Bark Busters focuses on in-home training, and there are a variety of reasons we believe in this:
By being in your home, we are able to assess the dynamic of the household: the number of people, other pets, where you plan to allow your pup to venture in the house, where the pup will sleep, play, toilet, eat, etc.
We are then able to customize the training to best suit your puppy’s temperament and your family’s wishes.
By conducting the training in your home, we also help the pup to become acclimated to his new environment and make the experience as calm and positive as possible.
While it may seem like a good idea to send your pup away for training, it will be conducted in an environment unfamiliar to him and more importantly, you -- his pack leader -- will not be there to provide the guidance and reassurance that is essential at this stage of his development. It is also important to factor in vaccinations and potential exposure to other dogs that may be sick or diseased, as well as the cost to kennel and train him that could exceed your budgetary expectations.
We charge a one-time fee that covers service and support for the life of your pup, which provides peace of mind knowing we will be there for his future should he need some remedial training.
Please contact your local Bark Buster trainer for more information about our services.
Patricia asks...This question is about:
We have two wheaten terriers: Bogey (2) and Sweetie (3). We got Bogey as a baby. When he was 6 months old, the breeder asked if we would take his older sister, Sweetie, because they didn't like the way she was being taken care of (maybe abused?) by her present owners. She barks at everyone who comes near the house. She barks and backs up looking scared at people who come in the house. At the dog park, she stares at people and paces back and forth. If someone new comes into the park she barks at them worried she may get aggressive.
I commend you for taking on Sweetie and giving her a better home. As you suggested, Sweetie may have had a bad experience, and she obviously is afraid of new people and environments judging by her reaction of barking, pacing and backing away. While we cannot undo what has already happened in her life, we can do some things to help Sweetie become more comfortable around new people and environments.
If Sweetie is food motivated, you can use treats to help her to see people coming into the home as a good thing and not something to be frightened of. Place a jar of her favorite treats near the front door. Put Sweetie on a leash and have the visitor drop a treat on the floor and then move away from it. You can walk Sweetie over and let her investigate what is on the floor. During this time, the visitor must pretend he does not know Sweetie is there, and he should remain still and quiet.
Repeat this process a few times, and then allow Sweetie to go to her safe area. Her safe area could be her crate or bed in another room. This allows her to remain calm and know that she does not need to be with the people during their entire visit. In addition, you are giving her the option to go lie down and be comfortable with people in your home.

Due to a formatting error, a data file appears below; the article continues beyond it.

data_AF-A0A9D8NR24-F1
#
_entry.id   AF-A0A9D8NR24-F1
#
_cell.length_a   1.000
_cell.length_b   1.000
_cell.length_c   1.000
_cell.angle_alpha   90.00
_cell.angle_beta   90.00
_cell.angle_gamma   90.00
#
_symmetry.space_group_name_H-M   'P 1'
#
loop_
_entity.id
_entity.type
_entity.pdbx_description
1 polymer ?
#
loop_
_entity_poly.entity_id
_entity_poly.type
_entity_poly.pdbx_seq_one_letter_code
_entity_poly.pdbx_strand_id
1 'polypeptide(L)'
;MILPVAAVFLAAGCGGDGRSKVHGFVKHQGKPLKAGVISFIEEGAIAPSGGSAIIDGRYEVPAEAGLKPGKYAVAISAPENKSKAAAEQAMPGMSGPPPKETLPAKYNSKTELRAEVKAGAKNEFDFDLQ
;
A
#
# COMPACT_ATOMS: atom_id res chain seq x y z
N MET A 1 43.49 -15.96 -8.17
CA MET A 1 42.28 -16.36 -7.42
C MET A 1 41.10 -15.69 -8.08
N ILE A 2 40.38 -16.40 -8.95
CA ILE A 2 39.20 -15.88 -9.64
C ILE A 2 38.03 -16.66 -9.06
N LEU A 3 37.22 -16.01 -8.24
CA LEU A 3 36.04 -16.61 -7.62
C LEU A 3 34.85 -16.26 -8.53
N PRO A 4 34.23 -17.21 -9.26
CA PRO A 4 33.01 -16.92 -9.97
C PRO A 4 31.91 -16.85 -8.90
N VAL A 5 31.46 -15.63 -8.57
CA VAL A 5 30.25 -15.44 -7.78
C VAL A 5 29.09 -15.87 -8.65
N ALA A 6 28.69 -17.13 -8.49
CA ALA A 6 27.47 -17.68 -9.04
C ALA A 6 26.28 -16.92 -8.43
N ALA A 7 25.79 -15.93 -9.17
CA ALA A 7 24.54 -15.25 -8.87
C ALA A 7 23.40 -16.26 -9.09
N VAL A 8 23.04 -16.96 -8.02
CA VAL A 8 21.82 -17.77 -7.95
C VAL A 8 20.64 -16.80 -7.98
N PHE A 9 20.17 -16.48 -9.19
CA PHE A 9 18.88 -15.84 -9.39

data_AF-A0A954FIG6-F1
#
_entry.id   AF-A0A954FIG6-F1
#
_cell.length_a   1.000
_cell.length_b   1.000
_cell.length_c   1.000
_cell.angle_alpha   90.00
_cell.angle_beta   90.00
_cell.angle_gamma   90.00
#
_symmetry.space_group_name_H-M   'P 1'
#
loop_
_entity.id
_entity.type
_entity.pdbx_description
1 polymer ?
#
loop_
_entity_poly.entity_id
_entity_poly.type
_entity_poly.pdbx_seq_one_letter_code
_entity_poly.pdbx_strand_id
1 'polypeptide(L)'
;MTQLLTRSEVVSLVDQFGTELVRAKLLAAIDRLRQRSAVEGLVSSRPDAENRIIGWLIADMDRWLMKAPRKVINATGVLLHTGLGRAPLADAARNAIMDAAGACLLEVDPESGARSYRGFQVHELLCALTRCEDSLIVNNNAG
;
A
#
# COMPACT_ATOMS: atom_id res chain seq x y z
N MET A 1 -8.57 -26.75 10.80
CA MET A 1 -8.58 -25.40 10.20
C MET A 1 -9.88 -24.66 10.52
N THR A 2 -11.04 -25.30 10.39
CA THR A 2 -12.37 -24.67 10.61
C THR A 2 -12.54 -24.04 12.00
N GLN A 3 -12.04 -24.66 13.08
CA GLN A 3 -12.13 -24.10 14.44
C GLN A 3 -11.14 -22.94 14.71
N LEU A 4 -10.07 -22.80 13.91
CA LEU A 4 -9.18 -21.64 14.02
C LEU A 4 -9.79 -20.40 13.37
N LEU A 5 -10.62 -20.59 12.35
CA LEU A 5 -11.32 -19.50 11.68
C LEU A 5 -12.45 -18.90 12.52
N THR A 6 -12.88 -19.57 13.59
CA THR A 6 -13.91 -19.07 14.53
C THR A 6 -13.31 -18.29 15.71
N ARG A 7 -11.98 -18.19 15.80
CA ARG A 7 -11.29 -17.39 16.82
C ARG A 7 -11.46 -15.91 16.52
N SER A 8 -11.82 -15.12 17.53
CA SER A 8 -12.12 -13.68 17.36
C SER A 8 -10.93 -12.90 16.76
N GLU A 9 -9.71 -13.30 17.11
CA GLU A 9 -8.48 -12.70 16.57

Avoid taking Sweetie to the dog park for a while. First work on getting her to accept new people in an environment you can control. The park is full of noise, people and circumstances that can change quickly, and offers no safe place where Sweetie can retreat. This impacts the way she feels about people coming into your home.
The key is to take it slowly and have recurring good experiences; move on to the next stage only when the first one is a complete success. Sweetie may never be a party girl, but she will come to accept that people are not so bad after all.
I would also encourage you to contact your local Bark Busters trainer should you have further questions or would like some help to modify this behavior.
Grandma asks...This question is about:
My daughter had to leave her dog with someone for a month. He was a wonderful loving dog, but these people abused Bear and used him in dog fighting; she got him back with holes in his head. Now he's not the same dog and wants to bite everybody. My daughter wants to see if she can work with him, but she is about to have a baby on Christmas Day. She's had him back for only a week. Is it possible to rehabilitate this dog? What do we do? Signed, One scared grandma.
Thank you for this week’s question.
From your description, Bear has experienced significant trauma from the dog fighting and abuse by humans. While we cannot change history, we can change the present and the future.
One factor to address is if Bear remembers his family and if there have been any incidents now that he is back with the family. You stated he wants to bite everybody. Does that include your daughter? You also stated she is expecting a baby around Christmas. Does she live alone or are there other members of the family?
First, make sure Bear has received proper medical treatment for his injuries and is healing properly.
Next, remember that recovery from trauma can be a long process or can happen fairly quickly -- depending on a number of factors. He is a fairly young dog, which works in his favor. Also, if you haven’t done so already, please consider neutering Bear as this often helps to reduce aggression.
At Bark Busters, we believe that every dog can be saved. It is important to recognize that any behavior can be prevented by controlling any one of three components: (1) means, (2) motive, or (3) opportunity. Training focuses on the motive or reason for the dog to engage in a particular behavior. If the dog can be taught that the trauma he experienced will not be repeated, we can move closer to re-establish the trust in his relationship with humans.
During the rehabilitation process, extra precautions should be taken to manage the opportunities for Bear to make bad choices. A crate or muzzle may be necessary to prevent injury to people or other pets while evaluating how well Bear is responding to training.
In any case, this does not sound like a case for the faint of heart. I would recommend getting help from a professional dog trainer who specializes in behavior modification, especially since there is a baby on the way.
For personalized professional assistance, feel free to contact your local Bark Busters trainer.